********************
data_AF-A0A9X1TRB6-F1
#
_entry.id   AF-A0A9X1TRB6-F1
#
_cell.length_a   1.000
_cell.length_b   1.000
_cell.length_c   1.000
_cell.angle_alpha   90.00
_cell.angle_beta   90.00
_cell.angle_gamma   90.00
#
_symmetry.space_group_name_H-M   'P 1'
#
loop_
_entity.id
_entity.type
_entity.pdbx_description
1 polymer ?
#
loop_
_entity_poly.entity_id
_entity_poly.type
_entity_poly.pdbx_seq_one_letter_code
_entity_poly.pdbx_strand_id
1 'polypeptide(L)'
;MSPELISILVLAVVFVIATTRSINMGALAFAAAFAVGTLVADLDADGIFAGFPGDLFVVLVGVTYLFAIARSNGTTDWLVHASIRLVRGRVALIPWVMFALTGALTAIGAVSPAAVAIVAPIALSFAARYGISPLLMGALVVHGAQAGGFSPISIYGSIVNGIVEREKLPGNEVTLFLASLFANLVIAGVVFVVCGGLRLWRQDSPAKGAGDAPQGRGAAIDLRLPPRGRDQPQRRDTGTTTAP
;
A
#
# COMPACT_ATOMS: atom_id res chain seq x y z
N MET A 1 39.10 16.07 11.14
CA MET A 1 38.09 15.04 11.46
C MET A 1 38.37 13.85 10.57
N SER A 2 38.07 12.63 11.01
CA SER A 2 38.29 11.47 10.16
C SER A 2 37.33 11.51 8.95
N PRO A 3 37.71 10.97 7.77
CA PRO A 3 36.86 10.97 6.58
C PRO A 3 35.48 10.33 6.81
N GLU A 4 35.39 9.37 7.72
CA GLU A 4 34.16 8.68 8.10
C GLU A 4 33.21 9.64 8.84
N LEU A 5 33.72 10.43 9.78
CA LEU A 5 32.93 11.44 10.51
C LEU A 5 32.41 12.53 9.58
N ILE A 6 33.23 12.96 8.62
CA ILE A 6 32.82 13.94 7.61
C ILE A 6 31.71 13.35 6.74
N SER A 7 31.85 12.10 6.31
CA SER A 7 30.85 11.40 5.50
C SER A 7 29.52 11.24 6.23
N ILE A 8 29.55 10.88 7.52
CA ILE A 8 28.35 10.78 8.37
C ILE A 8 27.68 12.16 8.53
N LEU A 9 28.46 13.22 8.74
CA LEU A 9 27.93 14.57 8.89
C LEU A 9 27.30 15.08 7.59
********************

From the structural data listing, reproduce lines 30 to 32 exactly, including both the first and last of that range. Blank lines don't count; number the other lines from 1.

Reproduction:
# COMPACT_ATOMS: atom_id res chain seq x y z
N MET A 1 39.10 16.07 11.14
CA MET A 1 38.09 15.04 11.46